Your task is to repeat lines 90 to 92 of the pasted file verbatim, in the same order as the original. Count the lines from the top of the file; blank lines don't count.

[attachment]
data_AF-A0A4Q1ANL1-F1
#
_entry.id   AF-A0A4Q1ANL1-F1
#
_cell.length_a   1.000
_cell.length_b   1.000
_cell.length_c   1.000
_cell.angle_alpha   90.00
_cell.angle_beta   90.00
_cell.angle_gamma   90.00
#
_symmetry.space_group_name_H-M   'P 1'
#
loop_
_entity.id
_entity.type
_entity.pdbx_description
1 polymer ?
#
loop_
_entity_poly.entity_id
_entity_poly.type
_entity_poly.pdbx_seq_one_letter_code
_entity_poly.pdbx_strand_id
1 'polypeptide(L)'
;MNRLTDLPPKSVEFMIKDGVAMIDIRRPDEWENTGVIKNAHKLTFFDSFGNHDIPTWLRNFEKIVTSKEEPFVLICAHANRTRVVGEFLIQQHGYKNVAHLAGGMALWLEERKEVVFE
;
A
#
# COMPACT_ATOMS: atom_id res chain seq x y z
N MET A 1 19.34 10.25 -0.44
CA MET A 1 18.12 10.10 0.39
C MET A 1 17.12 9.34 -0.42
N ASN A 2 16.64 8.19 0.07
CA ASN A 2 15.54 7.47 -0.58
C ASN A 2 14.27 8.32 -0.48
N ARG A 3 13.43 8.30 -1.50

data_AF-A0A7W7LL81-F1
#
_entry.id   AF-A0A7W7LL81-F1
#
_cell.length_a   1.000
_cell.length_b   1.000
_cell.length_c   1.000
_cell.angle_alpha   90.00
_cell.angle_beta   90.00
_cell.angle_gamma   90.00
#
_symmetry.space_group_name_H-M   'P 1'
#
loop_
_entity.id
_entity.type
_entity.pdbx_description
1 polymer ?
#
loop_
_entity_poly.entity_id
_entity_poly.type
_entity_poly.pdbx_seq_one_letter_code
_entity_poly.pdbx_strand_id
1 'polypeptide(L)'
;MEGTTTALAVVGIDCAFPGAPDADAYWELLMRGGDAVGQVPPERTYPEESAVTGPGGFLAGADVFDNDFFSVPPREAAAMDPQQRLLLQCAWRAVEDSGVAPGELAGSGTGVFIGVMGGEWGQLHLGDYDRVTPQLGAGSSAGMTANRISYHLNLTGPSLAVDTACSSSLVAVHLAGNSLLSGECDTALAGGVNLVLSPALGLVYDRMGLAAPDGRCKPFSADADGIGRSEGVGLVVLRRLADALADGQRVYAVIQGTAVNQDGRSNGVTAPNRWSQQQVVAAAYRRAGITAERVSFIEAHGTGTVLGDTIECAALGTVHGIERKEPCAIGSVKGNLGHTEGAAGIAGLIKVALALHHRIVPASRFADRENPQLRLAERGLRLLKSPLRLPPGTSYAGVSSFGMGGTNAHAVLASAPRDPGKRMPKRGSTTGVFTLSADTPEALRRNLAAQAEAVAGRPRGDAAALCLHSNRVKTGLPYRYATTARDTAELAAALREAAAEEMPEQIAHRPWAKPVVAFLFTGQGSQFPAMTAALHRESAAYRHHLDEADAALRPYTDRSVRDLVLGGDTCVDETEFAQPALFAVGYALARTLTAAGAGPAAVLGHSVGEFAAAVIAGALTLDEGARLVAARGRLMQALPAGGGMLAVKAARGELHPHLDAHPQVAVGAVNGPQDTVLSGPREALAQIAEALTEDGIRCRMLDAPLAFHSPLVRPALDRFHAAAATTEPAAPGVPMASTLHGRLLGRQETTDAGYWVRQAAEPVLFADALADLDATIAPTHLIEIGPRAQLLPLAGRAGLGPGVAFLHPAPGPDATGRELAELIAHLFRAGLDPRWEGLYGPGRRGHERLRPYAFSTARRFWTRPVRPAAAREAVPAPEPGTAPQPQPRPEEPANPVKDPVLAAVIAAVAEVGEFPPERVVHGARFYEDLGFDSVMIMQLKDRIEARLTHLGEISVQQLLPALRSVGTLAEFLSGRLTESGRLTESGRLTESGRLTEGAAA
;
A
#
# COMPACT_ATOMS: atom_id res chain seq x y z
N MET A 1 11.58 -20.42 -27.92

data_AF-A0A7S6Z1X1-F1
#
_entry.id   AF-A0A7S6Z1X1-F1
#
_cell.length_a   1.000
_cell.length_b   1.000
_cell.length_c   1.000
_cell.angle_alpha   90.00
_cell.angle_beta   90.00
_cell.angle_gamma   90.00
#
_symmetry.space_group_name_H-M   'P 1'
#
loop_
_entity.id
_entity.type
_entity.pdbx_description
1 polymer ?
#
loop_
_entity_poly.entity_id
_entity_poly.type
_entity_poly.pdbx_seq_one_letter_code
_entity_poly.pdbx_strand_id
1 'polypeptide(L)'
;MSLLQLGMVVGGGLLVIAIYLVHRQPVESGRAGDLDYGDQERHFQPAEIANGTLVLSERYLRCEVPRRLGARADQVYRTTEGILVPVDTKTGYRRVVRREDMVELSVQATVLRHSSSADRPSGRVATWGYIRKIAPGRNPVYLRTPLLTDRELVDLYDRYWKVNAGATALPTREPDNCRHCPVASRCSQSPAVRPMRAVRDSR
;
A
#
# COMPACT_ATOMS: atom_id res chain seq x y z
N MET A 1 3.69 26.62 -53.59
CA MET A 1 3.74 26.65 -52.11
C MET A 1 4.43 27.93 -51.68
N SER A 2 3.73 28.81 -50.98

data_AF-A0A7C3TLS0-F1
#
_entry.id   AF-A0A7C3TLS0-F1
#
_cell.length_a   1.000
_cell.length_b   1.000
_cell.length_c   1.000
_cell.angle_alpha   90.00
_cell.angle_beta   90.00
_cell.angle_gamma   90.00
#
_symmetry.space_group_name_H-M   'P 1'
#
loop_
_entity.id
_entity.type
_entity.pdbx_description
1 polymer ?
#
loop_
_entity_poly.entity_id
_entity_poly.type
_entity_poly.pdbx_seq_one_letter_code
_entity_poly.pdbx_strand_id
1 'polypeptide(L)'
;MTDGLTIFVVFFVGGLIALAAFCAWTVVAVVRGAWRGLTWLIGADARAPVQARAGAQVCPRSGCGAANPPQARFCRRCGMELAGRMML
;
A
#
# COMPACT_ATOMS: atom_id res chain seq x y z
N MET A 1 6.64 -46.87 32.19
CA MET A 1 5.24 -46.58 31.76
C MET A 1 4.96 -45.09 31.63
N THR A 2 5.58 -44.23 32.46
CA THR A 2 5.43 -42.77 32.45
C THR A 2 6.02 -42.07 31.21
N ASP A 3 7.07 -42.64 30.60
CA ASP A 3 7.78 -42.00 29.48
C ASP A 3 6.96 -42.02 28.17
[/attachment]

_entity_poly.type
_entity_poly.pdbx_seq_one_letter_code
_entity_poly.pdbx_strand_id